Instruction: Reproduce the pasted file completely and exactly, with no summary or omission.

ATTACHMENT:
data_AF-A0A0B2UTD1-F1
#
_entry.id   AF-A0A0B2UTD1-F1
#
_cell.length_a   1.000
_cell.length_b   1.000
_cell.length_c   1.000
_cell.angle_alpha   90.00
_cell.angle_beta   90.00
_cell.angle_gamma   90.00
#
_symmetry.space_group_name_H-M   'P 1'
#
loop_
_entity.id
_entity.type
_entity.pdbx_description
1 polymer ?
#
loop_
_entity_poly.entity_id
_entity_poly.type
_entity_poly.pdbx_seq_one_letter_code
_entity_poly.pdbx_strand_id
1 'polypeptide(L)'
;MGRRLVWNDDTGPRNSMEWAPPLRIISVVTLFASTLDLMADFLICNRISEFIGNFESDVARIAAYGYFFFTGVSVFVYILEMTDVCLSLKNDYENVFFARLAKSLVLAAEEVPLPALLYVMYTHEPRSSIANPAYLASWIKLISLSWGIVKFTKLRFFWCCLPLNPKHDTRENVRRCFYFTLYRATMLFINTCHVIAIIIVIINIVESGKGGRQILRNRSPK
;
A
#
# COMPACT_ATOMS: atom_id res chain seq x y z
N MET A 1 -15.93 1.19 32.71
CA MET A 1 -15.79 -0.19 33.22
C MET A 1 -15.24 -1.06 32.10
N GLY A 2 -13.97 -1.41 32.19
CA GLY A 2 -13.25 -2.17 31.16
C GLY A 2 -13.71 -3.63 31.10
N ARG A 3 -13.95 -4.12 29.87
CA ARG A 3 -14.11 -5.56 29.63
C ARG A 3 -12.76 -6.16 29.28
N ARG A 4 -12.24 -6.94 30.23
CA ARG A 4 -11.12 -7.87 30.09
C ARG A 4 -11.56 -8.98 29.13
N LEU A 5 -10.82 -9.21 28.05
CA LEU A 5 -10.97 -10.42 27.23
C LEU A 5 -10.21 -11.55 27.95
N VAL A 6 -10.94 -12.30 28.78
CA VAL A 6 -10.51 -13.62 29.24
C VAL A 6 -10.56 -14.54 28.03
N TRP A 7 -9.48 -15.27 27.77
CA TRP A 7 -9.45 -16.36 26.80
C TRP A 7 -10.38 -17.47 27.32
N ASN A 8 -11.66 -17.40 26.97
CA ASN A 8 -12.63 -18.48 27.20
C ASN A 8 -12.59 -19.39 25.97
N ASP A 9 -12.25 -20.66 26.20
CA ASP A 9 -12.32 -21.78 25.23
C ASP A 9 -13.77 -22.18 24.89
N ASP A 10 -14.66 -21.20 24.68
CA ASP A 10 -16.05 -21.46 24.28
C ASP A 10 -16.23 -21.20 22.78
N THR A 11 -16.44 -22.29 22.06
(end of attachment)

data_AF-A0A0B2UTD1-F1
#
_entry.id   AF-A0A0B2UTD1-F1
#
_cell.length_a   1.000
_cell.length_b   1.000
_cell.length_c   1.000
_cell.angle_alpha   90.00
_cell.angle_beta   90.00
_cell.angle_gamma   90.00
#
_symmetry.space_group_name_H-M   'P 1'
#
loop_
_entity.id
_entity.type
_entity.pdbx_description
1 polymer ?
#
loop_
_entity_poly.entity_id
_entity_poly.type
_entity_poly.pdbx_seq_one_letter_code
_entity_poly.pdbx_strand_id
1 'polypeptide(L)'
;MGRRLVWNDDTGPRNSMEWAPPLRIISVVTLFASTLDLMADFLICNRISEFIGNFESDVARIAAYGYFFFTGVSVFVYILEMTDVCLSLKNDYENVFFARLAKSLVLAAEEVPLPALLYVMYTHEPRSSIANPAYLASWIKLISLSWGIVKFTKLRFFWCCLPLNPKHDTRENVRRCFYFTLYRATMLFINTCHVIAIIIVIINIVESGKGGRQILRNRSPK
;
A
#
# COMPACT_ATOMS: atom_id res chain seq x y z
N MET A 1 -15.93 1.19 32.71
CA MET A 1 -15.79 -0.19 33.22
C MET A 1 -15.24 -1.06 32.10
N GLY A 2 -13.97 -1.41 32.19
CA GLY A 2 -13.25 -2.17 31.16
C GLY A 2 -13.71 -3.63 31.10
N ARG A 3 -13.95 -4.12 29.87
CA ARG A 3 -14.11 -5.56 29.63
C ARG A 3 -12.76 -6.16 29.28
N ARG A 4 -12.24 -6.94 30.23
CA ARG A 4 -11.12 -7.87 30.09
C ARG A 4 -11.56 -8.98 29.13
N LEU A 5 -10.82 -9.21 28.05
CA LEU A 5 -10.97 -10.42 27.23
C LEU A 5 -10.21 -11.55 27.95
N VAL A 6 -10.94 -12.30 28.78
CA VAL A 6 -10.51 -13.62 29.24
C VAL A 6 -10.56 -14.54 28.03
N TRP A 7 -9.48 -15.27 27.77
CA TRP A 7 -9.45 -16.36 26.80
C TRP A 7 -10.38 -17.47 27.32
N ASN A 8 -11.66 -17.40 26.97
CA ASN A 8 -12.63 -18.48 27.20
C ASN A 8 -12.59 -19.39 25.97
N ASP A 9 -12.25 -20.66 26.20
CA ASP A 9 -12.32 -21.78 25.23
C ASP A 9 -13.77 -22.18 24.89
N ASP A 10 -14.66 -21.20 24.68
CA ASP A 10 -16.05 -21.46 24.28
C ASP A 10 -16.23 -21.20 22.78
N THR A 11 -16.44 -22.29 22.06